Parliament and COVID-19: the Coronavirus Bill and beyond

sir_david_natzler.smiling.cropped.3840x1920.jpgThe Coronavirus Bill introduced by the government last week will be debated by parliament in circumstances where it is harder for both Houses to meet, scrutinise and vote than at any time in recent memory. How should parliament respond to both the legislation and the crisis that prompted it? Former Clerk of the Commons David Natzler outlines the key issues facing MPs and peers as they consider how parliament should function in the coming months.

Just as the dust is settling on the first phase of the Brexit marathon, and the Constitution Unit and others are examining the role played by Parliament over the past three years, COVID-19 presents itself wholly unexpectedly as a challenge to all the nation’s institutions. Parliament was settling in for five years of single-party majority government and it looked as if, Brexit deal aside, it would be relatively smooth sailing. Now parliament faces the challenge of fulfilling its role in a COVID-19 environment.

The Coronavirus Bill

The government published its Coronavirus Bill on Thursday 19 March, having already revealed the policy proposals to which it gives effect in its Action Plan (published on 3 March) and a more detailed prospectus (published on 17 March). The bill has 87 clauses and 27 Schedules, totalling 321 pages of legislative text. The Explanatory Notes run to 73 pages, and there is a 31-page long memorandum on the implications for human rights.

Commons scrutiny

The bill is to be debated in the House of Commons on Monday 23 March for a maximum of six hours: up to four hours on second reading and two hours for committee of the whole House and remaining stages. The House decided on 18 March to disapply the EVEL Standing Orders in relation to the bill, so it will be spared the rigmarole of forming a Legislative Grand Committee.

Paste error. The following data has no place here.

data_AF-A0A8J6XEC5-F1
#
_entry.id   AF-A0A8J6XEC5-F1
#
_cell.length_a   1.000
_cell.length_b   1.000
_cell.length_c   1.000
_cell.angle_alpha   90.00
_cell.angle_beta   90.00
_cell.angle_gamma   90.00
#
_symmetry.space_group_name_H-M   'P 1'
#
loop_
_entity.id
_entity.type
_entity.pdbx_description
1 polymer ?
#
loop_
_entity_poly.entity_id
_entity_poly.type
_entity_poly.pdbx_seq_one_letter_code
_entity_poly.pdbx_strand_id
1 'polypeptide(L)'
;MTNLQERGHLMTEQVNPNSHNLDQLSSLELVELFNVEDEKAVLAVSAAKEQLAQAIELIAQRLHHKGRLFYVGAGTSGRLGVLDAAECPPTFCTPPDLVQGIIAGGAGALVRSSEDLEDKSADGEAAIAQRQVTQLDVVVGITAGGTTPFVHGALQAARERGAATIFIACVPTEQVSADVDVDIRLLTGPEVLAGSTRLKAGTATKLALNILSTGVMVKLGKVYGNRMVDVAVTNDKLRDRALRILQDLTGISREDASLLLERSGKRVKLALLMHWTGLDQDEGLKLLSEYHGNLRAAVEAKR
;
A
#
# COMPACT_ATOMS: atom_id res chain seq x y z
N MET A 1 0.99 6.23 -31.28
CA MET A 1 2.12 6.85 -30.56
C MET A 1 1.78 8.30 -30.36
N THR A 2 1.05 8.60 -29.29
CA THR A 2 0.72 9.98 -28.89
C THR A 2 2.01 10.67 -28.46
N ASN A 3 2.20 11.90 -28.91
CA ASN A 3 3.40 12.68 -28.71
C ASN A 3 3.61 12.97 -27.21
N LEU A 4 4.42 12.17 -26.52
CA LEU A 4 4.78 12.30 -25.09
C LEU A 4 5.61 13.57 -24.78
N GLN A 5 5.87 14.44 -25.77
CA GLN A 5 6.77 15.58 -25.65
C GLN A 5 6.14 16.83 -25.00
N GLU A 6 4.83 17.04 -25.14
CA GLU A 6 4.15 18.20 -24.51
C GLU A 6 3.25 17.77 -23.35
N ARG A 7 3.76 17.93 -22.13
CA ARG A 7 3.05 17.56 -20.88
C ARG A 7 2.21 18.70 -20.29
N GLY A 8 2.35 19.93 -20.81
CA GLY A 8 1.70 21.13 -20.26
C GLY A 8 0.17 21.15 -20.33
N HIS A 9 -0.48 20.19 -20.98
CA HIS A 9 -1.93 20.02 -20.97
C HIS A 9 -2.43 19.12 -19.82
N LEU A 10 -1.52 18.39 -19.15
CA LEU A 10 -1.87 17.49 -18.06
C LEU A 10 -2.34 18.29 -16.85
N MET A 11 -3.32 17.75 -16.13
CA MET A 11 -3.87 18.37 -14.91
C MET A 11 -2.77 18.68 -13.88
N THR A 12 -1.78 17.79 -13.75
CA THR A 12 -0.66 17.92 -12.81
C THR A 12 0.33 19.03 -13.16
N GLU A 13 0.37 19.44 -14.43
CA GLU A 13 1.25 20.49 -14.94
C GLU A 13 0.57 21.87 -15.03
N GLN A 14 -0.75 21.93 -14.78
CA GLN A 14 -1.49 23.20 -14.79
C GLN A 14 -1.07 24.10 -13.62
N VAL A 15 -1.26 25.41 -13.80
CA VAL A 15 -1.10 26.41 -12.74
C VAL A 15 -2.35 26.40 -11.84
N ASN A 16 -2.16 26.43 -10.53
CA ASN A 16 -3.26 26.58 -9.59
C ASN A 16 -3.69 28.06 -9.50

It has been possible to table amendments since the bill was introduced. Four amendments and four new clauses were tabled on the day of its publication, and more may be expected in so-called ‘manuscript’ form on the day. They mainly address the issue of for how long the Act will be in force. The bill establishes that its provisions will apply for two years, with provisions for individual powers to be ‘sunsetted’ earlier or indeed revived if it falls due to a sunset clause. It also provides for a general debate in both Houses after one year. Both the official opposition and a cross-party group are proposing systems of six-monthly debate and renewal only if the House so decides. It is perhaps significant that the Irish parliament last week passed a similar bill and as a result of amendment decided that it should last for one year. This is an area where some change is likely; both the Scottish Government, and independent human rights organisations such as Liberty, have expressed concerns about the sunset and scrutiny provisions as currently drafted. Continue reading

Do we need a written constitution?

image1.000.jpgPrior to the general election, several of the parties’ manifestos called for the creation of a codified constitution for the UK. In December, the Constitution Unit hosted an event to debate the merits and downsides of such an exercise. Harrison Shaylor summarises the discussion.

What did the 2019 Liberal Democrat election manifesto and the Brexit Party’s ‘Contract with the People’ (from the same election) have in common? Both advocate the need for a written constitution in the UK. So too did the Green Party manifesto, and that of the Alliance Party of Northern Ireland. Meg Russell took part in a discussion on a written constitution in The Briefing Room on Radio 4 in September, and on 28 November, the Constitution Unit held its own event entitled ‘Do we need a written constitution?’. Two distinguished law professors – Sionaidh Douglas-Scott of Queen Mary University of London and Nicholas Barber of the University of Oxford – set out the case for and against a written constitution, in a debate chaired by a former Unit Director, Professor Robert Hazell. What follows is a summary of the presentations made by each participant. 

The argument for a written constitution: Sionaidh Douglas-Scott